Documents obtained by The Banner showed the trial prosecutor maintained that he wasn’t referring to an alternate suspect — but Syed himself. The attorney general’s office noted Feldman did not ask the trial prosecutor about the meaning of the note.

In Tuesday’s ruling, the judges noted the law requires prosecutors to “state in detail” their reasons to throw out a conviction. The judges explained in a footnote:

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“The State’s motion did not identify the two alternate suspects or explain why the State believed those suspects committed the murder without Mr. Syed,” the judges wrote. “The note indicating that one of the suspects had motive to kill Hae is not part of the record on appeal, and in the State’s October 25, 2022 response, the Office of the Attorney General stated that there is other information in the note that was relevant but not cited in the motion to vacate.”

Also in her September motion, Feldman wrote that she wasn’t arguing that Syed was innocent, but that her office had no confidence in his conviction. The next week, then-Baltimore State’s Attorney Marilyn Mosby went further to say she will certify Syed as innocent unless his DNA was found during new tests of Lee’s skirt, pantyhose, jacket and shoes. The results showed no match for Syed, Mosby later said, and the case was dropped on Oct. 11.

The judges wrote Tuesday that Mosby did not explain why the absence of DNA evidence would exonerate Syed. They referenced case law from 2017 that found “where there was no evidence that a perpetrator came into contact with the tested items, the absence of a defendant’s DNA ‘would not tend to establish that he was not the perpetrator of the crime.’”

Case could fall into Ivan Bates’ lap

In the months since Syed was set free, Mosby and Feldman left the office. If Syed’s case returns to Baltimore Circuit Court, it would fall to the administration of State’s Attorney Ivan Bates.

While a candidate, Bates has said he would drop the charges against Syed, but lately he’s been less outspoken about the case. He declined to discuss the case after he won the Democratic nomination, and his office issued a statement Tuesday simply saying prosecutors were reviewing the court’s decision. Asked again Wednesday, the office referred back to the same statement.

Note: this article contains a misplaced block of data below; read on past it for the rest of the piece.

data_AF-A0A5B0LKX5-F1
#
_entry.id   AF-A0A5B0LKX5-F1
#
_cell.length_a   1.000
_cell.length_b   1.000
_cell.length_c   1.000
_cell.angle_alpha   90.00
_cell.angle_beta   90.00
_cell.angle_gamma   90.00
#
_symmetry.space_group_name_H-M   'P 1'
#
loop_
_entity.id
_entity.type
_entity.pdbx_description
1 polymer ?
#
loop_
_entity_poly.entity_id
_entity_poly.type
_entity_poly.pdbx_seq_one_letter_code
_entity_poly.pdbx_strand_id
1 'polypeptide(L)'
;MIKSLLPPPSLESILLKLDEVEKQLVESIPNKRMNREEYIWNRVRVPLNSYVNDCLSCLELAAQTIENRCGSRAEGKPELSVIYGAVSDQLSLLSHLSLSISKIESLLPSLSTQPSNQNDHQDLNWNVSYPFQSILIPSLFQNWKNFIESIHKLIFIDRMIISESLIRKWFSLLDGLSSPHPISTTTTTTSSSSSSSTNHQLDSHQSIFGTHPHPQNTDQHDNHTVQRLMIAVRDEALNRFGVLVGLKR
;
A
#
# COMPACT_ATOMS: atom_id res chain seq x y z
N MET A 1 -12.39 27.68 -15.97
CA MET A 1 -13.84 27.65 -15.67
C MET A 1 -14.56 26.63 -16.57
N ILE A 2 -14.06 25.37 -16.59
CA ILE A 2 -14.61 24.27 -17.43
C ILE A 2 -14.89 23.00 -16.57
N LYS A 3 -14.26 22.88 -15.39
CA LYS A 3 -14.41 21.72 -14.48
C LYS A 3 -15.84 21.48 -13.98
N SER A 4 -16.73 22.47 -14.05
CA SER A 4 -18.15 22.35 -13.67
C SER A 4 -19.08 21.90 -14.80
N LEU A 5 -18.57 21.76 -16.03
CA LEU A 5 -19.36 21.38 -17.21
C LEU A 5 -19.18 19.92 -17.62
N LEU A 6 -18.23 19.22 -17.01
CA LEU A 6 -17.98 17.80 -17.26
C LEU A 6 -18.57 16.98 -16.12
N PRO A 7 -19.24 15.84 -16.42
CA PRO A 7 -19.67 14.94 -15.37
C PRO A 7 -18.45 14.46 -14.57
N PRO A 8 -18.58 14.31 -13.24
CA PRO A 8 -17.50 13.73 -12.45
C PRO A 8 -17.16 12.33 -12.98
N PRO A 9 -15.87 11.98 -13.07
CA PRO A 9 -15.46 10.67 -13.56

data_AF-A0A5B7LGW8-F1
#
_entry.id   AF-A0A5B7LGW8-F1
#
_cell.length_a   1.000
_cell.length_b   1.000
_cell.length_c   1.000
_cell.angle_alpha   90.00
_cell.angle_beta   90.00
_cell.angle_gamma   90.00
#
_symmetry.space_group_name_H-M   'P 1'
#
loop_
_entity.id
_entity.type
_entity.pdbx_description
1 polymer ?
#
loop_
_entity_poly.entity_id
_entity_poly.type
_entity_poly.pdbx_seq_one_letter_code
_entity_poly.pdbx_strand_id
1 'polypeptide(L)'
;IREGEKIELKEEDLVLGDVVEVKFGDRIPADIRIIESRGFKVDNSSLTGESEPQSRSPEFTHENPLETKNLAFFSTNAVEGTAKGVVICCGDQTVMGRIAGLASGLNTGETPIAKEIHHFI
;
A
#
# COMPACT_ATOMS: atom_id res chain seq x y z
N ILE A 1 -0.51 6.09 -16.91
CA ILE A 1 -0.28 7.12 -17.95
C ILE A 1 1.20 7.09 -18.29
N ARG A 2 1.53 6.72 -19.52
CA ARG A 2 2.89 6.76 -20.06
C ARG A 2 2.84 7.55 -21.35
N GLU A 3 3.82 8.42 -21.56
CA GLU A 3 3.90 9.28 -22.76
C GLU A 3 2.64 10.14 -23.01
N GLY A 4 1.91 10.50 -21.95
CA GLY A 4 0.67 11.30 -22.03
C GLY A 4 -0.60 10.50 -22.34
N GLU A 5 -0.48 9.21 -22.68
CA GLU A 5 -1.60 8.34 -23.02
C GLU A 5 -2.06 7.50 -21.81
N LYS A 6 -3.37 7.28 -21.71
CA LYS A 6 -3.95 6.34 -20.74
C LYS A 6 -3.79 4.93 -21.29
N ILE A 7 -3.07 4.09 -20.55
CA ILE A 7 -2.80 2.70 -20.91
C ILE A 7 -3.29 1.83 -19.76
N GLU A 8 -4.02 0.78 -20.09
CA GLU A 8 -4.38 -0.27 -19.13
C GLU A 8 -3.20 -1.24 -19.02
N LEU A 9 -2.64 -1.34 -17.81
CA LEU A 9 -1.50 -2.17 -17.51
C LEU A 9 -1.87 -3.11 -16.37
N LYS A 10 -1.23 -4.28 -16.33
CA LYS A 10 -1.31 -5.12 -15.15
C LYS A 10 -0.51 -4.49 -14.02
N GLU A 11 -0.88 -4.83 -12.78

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”We must allow the appeals process to play itself out, Mr. Syed and his legal team may file for an appeal to the Maryland Supreme Court, and we must respect their rights to do so until those rights are either heard or that request is denied,” spokesman James Bentley said. “We are in a holding pattern. Any further comment would be premature at this time.”

Still, Chaudry told her followers that she considers Bates a friend and assumes he will not change course.

Court ruling brings check on prosecutor’s new power to overturn cases

Feldman overturned Syed’s murder conviction under a relatively new state law that gives prosecutors greater authority to reverse old convictions that they consider unfair. Tuesday’s ruling by the appeals court brings a check on that power.

Maryland lawmakers passed the bill in 2019; Mosby lobbied for the new powers. At the time, she argued for the need to erase convictions stemming from the Baltimore Police Department’s corrupt Gun Trace Task Force unit, and crimes of marijuana possession. Prosecutors previously had limited legal avenues to overturn these old convictions.

In Syed’s case, however, Mosby applied the new power to a high-profile proceeding in which the defendant’s guilt or innocence has been the subject of much debate.

“This [legislative] history suggests that the statute was intended to be used when there was no dispute that the convictions should be reversed, although the ultimate language does not include any such limitation,” the judges noted.

This story has been updated to correct when Marilyn Mosby lost reelection.

Reporter Dylan Segelbaum contributed to this article.